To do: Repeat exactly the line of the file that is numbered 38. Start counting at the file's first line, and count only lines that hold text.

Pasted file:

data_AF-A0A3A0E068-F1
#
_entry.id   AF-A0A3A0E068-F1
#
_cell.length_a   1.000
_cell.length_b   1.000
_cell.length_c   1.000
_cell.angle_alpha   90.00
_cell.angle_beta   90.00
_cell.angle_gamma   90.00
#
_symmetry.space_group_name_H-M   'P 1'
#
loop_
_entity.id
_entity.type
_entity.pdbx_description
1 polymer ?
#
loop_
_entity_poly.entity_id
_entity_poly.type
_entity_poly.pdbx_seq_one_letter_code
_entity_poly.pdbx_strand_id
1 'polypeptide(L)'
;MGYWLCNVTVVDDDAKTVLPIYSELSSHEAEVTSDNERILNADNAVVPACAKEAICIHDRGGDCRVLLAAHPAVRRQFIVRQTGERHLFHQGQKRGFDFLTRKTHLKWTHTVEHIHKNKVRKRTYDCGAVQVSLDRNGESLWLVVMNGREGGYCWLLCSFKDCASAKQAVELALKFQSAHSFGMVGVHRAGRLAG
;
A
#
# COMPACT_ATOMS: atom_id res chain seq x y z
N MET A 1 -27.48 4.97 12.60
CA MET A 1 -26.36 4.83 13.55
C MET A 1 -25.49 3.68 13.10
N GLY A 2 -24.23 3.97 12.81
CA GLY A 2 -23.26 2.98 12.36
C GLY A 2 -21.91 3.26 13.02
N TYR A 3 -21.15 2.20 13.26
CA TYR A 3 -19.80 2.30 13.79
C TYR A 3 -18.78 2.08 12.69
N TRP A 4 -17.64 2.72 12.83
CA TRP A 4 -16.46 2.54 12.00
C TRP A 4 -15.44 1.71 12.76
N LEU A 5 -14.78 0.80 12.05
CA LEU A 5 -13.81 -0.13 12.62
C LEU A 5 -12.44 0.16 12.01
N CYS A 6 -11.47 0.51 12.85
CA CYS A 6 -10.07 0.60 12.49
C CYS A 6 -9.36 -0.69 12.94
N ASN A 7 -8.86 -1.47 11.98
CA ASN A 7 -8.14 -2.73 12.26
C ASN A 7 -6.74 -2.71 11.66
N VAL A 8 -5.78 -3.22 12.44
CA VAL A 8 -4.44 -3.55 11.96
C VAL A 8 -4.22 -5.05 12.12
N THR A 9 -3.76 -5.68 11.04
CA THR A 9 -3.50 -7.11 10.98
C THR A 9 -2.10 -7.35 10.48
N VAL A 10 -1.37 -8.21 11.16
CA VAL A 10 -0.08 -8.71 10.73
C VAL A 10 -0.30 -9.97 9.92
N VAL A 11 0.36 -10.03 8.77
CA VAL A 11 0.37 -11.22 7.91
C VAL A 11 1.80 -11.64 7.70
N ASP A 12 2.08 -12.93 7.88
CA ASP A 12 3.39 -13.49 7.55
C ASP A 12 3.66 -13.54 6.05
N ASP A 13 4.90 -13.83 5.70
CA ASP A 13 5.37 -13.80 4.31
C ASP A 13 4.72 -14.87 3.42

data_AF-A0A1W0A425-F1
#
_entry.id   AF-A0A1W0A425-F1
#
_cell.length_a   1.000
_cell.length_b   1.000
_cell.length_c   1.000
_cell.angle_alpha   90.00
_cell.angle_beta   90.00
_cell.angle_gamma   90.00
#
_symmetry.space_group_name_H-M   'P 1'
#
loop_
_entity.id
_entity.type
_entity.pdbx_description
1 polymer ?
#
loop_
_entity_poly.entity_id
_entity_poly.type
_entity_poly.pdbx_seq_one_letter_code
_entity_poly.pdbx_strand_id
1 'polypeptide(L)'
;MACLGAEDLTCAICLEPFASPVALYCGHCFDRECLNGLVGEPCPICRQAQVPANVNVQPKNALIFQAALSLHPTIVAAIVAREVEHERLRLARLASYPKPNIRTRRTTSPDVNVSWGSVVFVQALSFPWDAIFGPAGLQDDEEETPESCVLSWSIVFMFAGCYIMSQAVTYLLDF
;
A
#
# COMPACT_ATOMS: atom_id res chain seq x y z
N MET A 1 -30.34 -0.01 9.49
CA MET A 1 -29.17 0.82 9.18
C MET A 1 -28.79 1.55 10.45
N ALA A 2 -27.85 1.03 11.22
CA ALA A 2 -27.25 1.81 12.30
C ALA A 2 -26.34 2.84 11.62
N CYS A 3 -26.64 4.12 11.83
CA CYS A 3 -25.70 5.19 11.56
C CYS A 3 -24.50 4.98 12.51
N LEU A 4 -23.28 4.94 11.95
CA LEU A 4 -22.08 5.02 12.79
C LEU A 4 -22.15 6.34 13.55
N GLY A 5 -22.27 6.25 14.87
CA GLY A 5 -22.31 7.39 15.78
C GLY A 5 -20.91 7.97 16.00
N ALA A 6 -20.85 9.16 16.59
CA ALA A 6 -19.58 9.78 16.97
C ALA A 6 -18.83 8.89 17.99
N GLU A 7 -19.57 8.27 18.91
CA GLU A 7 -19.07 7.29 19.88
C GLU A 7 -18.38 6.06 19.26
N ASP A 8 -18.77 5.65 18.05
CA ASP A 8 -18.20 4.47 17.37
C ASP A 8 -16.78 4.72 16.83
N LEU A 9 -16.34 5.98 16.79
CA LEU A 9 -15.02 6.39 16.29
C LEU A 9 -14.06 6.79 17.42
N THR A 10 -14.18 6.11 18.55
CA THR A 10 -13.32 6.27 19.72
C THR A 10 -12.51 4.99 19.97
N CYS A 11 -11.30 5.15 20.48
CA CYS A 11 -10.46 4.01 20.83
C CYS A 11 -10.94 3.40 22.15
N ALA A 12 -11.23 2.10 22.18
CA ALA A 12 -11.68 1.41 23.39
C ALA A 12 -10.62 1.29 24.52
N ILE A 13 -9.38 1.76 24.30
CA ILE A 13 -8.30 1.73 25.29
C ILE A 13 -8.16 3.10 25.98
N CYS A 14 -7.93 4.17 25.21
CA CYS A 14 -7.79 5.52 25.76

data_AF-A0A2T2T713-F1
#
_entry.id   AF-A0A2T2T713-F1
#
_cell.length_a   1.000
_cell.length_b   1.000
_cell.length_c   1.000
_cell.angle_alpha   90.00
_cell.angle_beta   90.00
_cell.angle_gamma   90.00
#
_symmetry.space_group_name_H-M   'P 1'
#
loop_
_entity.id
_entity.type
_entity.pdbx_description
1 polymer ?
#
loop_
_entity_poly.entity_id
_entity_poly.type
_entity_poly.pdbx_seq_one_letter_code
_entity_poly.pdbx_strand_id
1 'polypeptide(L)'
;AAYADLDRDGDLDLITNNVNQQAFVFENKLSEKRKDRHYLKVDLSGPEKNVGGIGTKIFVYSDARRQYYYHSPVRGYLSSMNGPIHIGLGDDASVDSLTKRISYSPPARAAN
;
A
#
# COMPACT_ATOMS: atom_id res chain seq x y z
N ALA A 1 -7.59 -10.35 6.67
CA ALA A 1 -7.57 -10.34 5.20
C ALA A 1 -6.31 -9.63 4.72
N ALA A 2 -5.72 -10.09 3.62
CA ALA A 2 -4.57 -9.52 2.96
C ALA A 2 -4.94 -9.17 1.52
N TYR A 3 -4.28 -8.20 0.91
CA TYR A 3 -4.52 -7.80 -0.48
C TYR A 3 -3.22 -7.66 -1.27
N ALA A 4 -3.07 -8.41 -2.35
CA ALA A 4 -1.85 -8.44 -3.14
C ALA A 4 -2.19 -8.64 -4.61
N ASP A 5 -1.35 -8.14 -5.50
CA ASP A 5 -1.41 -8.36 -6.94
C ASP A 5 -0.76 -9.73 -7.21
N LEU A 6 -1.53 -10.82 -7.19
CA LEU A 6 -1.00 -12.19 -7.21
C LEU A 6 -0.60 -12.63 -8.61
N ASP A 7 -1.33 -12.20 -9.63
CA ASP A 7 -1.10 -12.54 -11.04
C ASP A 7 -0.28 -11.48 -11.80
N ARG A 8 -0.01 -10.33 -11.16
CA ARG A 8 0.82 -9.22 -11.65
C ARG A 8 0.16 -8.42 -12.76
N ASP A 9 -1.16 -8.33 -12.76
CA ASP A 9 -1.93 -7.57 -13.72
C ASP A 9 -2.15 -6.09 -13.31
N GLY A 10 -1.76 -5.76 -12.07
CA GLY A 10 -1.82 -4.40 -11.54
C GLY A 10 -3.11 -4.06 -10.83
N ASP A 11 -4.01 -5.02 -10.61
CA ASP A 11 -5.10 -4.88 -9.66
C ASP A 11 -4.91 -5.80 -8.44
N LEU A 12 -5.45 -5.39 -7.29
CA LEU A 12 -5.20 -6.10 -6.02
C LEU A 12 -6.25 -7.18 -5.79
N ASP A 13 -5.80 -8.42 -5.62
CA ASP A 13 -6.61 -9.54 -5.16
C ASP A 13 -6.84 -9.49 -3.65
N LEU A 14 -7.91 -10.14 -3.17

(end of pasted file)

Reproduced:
CA TYR A 3 -19.80 2.30 13.79